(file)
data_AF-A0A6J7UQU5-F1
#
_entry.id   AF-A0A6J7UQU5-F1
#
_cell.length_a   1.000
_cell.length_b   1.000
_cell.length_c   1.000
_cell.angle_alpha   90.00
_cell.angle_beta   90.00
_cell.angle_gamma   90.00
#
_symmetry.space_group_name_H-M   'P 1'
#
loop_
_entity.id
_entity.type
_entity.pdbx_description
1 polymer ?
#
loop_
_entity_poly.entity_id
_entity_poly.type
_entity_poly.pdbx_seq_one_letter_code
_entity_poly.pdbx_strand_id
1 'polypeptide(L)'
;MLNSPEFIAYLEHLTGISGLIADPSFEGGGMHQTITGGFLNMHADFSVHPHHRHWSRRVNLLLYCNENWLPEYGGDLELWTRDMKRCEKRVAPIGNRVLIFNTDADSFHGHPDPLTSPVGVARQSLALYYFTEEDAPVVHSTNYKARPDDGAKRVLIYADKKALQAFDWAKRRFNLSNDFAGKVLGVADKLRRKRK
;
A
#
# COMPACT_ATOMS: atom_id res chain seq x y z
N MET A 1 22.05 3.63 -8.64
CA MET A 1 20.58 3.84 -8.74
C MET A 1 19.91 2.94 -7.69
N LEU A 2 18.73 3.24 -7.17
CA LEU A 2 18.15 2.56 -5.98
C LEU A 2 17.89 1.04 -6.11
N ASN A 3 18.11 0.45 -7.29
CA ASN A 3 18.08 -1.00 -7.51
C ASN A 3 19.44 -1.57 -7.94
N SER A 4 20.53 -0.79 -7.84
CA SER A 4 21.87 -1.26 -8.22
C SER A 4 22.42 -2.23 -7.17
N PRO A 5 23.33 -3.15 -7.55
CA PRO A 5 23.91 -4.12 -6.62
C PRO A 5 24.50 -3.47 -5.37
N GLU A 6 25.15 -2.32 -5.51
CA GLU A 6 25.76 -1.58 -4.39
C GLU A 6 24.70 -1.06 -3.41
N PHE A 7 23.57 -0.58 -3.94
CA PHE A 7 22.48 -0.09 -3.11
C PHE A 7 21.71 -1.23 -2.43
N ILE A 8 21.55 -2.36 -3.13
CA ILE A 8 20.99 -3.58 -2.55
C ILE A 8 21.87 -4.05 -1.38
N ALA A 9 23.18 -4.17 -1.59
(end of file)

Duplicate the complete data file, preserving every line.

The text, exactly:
data_AF-A0A6J7UQU5-F1
#
_entry.id   AF-A0A6J7UQU5-F1
#
_cell.length_a   1.000
_cell.length_b   1.000
_cell.length_c   1.000
_cell.angle_alpha   90.00
_cell.angle_beta   90.00
_cell.angle_gamma   90.00
#
_symmetry.space_group_name_H-M   'P 1'
#
loop_
_entity.id
_entity.type
_entity.pdbx_description
1 polymer ?
#
loop_
_entity_poly.entity_id
_entity_poly.type
_entity_poly.pdbx_seq_one_letter_code
_entity_poly.pdbx_strand_id
1 'polypeptide(L)'
;MLNSPEFIAYLEHLTGISGLIADPSFEGGGMHQTITGGFLNMHADFSVHPHHRHWSRRVNLLLYCNENWLPEYGGDLELWTRDMKRCEKRVAPIGNRVLIFNTDADSFHGHPDPLTSPVGVARQSLALYYFTEEDAPVVHSTNYKARPDDGAKRVLIYADKKALQAFDWAKRRFNLSNDFAGKVLGVADKLRRKRK
;
A
#
# COMPACT_ATOMS: atom_id res chain seq x y z
N MET A 1 22.05 3.63 -8.64
CA MET A 1 20.58 3.84 -8.74
C MET A 1 19.91 2.94 -7.69
N LEU A 2 18.73 3.24 -7.17
CA LEU A 2 18.15 2.56 -5.98
C LEU A 2 17.89 1.04 -6.11
N ASN A 3 18.11 0.45 -7.29
CA ASN A 3 18.08 -1.00 -7.51
C ASN A 3 19.44 -1.57 -7.94
N SER A 4 20.53 -0.79 -7.84
CA SER A 4 21.87 -1.26 -8.22
C SER A 4 22.42 -2.23 -7.17
N PRO A 5 23.33 -3.15 -7.55
CA PRO A 5 23.91 -4.12 -6.62
C PRO A 5 24.50 -3.47 -5.37
N GLU A 6 25.15 -2.32 -5.51
CA GLU A 6 25.76 -1.58 -4.39
C GLU A 6 24.70 -1.06 -3.41
N PHE A 7 23.57 -0.58 -3.94
CA PHE A 7 22.48 -0.09 -3.11
C PHE A 7 21.71 -1.23 -2.43
N ILE A 8 21.55 -2.36 -3.13
CA ILE A 8 20.99 -3.58 -2.55
C ILE A 8 21.87 -4.05 -1.38
N ALA A 9 23.18 -4.17 -1.59